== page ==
As I put together goals in my life, the words “more than enough” show up often.
- I want “more than enough” money.
I want “more than enough” time.
I want “more than enough” yarn, books, pens, notebooks
- albums, craft supplies
- etc. Etc. Etc.
But how much is that? Once I’d said “more than enough,” how could I ever achieve that number?
In my search for freedom and ease, I trapped myself with an unachievable goal.
Even at the point where I had enough money to easily support my family, I still didn’t feel content with my financial situation. And how could I? How could I ever feel like I had enough when the goal was to have more than that?
Plus, once I passed the point where I wasn’t just trying to survive, I discovered further financial goals. Retirement. Health, life, long term care insurance payments. Paying off credit cards, the car, the home equity line of credit, the mortgage. Taking a vacation somewhere exotic.
Sound familiar? Money is a tool that acts like water. When a money pool forms, gates open to canals that lead toward further goals like financial security in old age, children going to college, travel, hobbies, starting a dream business.
There will always be more gates and canals. What is “enough” shifts all the time. And this shifting “enough” means that achieving “more than enough” is impossible.
I didn’t realize that “More Than Enough” was a trap until I discovered Lynne Twist’s book, The Soul of Money. Here, she defines the Toxic Myths of Scarcity:
1. There’s not enough.
2. More is better.
3. That’s just the way it is.
Yeah. Those are myths. They aren’t true, and they’ve never been true. And there’s a lot to unpack here. After all, Ms. Twist wrote a 257 page book about all of these concepts. If you’re interested in delving further, grab a copy at your local bookshop or library and prepare for your mind to open.
Anyway, let’s focus back in on how the idea of “More Than Enough” actually sets you up for failure, starting with breaking down the myth that “There’s Not Enough.”
All across the world, a narrative persists which tries to tell us that there’s not enough. People in power tell us this as they say “No.” They say things like “Nobody’s making any more land!” and “Where will you find the money for that?” and “There’s no room in the budget.”
And then WE begin to say it. “There’s no room in the budget for that.” “Don’t spend your money on that!” “I don’t have enough money for that.”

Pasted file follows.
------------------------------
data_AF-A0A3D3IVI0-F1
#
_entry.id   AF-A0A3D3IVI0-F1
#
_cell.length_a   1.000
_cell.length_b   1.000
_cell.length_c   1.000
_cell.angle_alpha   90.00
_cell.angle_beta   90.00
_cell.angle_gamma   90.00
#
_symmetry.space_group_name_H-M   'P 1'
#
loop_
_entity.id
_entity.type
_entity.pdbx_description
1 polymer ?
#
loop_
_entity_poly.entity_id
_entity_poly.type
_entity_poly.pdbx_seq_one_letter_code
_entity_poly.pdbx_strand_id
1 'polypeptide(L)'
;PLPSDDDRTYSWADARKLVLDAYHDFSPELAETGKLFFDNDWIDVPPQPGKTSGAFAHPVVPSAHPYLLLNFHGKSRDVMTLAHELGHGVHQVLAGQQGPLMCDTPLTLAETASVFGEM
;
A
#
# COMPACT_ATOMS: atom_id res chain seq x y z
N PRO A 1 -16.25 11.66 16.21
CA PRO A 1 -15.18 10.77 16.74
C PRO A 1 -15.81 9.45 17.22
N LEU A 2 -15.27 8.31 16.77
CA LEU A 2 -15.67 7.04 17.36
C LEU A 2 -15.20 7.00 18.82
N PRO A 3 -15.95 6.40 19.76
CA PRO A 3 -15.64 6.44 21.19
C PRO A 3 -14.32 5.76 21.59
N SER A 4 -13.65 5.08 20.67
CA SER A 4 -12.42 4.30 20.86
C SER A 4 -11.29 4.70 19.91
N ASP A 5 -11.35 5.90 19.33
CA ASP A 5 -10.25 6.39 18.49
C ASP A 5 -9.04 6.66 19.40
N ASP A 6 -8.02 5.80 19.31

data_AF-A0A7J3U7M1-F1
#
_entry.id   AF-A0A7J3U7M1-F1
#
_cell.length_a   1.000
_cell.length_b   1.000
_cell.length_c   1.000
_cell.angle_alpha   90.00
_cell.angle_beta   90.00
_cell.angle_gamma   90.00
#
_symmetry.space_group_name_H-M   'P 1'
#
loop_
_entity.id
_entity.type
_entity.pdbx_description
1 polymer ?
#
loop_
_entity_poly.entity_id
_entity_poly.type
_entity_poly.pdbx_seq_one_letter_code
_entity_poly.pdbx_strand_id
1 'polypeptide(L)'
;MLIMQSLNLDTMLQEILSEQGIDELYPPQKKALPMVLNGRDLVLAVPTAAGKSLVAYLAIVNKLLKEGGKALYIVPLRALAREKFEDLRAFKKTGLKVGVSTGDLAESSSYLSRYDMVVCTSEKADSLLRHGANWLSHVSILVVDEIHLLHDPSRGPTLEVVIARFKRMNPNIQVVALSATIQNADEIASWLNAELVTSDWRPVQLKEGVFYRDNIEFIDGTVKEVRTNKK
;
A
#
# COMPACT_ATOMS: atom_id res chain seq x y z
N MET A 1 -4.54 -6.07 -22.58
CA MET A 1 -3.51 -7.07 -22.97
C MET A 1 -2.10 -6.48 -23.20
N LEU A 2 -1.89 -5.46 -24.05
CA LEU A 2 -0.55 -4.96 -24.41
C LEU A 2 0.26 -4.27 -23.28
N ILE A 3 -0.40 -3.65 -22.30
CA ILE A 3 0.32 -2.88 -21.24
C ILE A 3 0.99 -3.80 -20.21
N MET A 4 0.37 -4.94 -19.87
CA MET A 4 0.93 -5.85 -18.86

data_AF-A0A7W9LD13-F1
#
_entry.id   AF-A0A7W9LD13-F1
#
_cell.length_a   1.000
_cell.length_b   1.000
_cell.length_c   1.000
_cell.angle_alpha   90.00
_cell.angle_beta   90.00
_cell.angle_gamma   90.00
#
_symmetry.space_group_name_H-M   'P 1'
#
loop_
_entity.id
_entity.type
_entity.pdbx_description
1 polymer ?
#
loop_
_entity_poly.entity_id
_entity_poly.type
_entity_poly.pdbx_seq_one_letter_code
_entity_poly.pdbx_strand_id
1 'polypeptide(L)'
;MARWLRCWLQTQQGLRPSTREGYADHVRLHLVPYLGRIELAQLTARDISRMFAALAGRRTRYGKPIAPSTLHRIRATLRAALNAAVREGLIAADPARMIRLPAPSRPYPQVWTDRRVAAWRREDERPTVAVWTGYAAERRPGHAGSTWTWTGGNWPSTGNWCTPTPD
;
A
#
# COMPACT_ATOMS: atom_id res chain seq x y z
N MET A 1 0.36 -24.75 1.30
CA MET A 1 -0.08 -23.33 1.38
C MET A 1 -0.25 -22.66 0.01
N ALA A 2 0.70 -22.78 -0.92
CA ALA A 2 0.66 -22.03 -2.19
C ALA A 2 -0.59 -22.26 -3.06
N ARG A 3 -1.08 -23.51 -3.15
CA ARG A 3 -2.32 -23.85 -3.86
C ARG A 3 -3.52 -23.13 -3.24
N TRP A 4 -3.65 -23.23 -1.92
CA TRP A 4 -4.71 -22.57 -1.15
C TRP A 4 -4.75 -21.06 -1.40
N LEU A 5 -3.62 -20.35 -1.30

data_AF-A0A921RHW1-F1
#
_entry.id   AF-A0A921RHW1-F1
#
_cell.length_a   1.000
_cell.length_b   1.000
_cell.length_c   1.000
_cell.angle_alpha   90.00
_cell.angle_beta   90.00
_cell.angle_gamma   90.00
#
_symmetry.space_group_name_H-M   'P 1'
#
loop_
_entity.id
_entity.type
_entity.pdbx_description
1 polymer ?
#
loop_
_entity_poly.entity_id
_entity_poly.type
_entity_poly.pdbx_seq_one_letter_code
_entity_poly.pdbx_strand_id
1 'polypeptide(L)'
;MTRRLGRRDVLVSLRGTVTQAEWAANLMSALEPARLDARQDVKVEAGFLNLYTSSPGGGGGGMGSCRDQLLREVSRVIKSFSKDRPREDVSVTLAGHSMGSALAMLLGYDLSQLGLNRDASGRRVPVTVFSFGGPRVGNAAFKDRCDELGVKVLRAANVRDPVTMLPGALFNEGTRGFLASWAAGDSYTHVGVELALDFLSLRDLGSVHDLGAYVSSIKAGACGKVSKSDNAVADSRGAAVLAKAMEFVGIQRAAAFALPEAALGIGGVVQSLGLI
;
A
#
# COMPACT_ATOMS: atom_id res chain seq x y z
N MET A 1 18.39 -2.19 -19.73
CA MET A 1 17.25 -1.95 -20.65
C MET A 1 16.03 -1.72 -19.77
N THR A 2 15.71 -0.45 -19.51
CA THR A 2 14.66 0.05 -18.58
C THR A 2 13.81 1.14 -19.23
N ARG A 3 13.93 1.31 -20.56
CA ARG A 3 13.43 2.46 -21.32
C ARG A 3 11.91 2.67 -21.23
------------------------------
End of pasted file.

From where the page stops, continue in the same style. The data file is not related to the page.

And that “I don’t have enough money” which perhaps started as an excuse not to purchase something you didn’t want becomes a relentless parade through your mind.
I’m not saying that this can’t be true. That we don’t have sufficient money to purchase what we need and want can absolutely be a true thing. We’ve all had it happen. Last March, my gross income from all of my work was $51. With my wife’s paltry social security payment, our total income was $391.
But not having enough money didn’t mean that I didn’t have enough. I had resources that I could draw upon. The government provided SNAP benefits, the new name for food stamps. Family gave me money for gas to get to the store. Our basic bills were covered by that tiny income, and I had the space to put the mortgage into forbearance while applying for a COVID grant program to make up the payments.
I had enough to survive. But for at least a week, I sat around despairing because I didn’t have enough money for food. And focusing on how I didn’t have enough in that one way meant that I blocked my ability to see all of the other tools and resources that supported me.
How my wife could make a phone call to her county social worker and hook us up with food.
How I could ask my father to send me fifty dollars to buy a tank of gas, and borrow some cash from Steph’s sister and mother to help buy food until the SNAP came through.
How our electricity, telephone, and internet still worked because my wife’s social security covered those bills.
How I could apply for this grant to cover our mortgage payments for six months.
And how, despite all of it, I was doing the necessary work to raise my income for the next month.
By telling ourselves that we don’t have enough, we block our ability to see how we do have enough. By focusing on the lack of money, we keep ourselves from seeing everything that is available to us.
Remember the list we made last week of all of the tools we have to make our dreams become a reality? Get it out and review it, or create a new one. Look at all of the tools listed besides money!
“I don’t have money” does not equal “There’s not enough.”
Enough does not depend upon money.
Enough depends upon you.
You carry the tools you need—and your amazing toolset includes imagination and creativity. If you don’t have a tool you need, you can think differently and create one, or imagine a different use for one you already own!
Maybe you already have enough in some way. Maybe you have just been telling yourself that you don’t have enough so often, you’ve started to believe it.
Take a moment and sit with these questions:
Where can you see that you have enough? What resources can you access? Can you list at least ten ways in which you have enough? It doesn’t matter how small or insignificant you think a way is, go ahead and list it. If you get stuck making this list, keep searching until you can list ten ways you have enough.
Look at the list. How does it make you feel?
Journal around these questions or talk them out with a trusted friend. If you don’t have someone but need an ear free of judgment, drop me an email and let’s chat.
We all have enough in some way. Defining where we have enough allows us to begin to define what is enough.
And to begin to work our way out of the trap which is “More Than Enough.”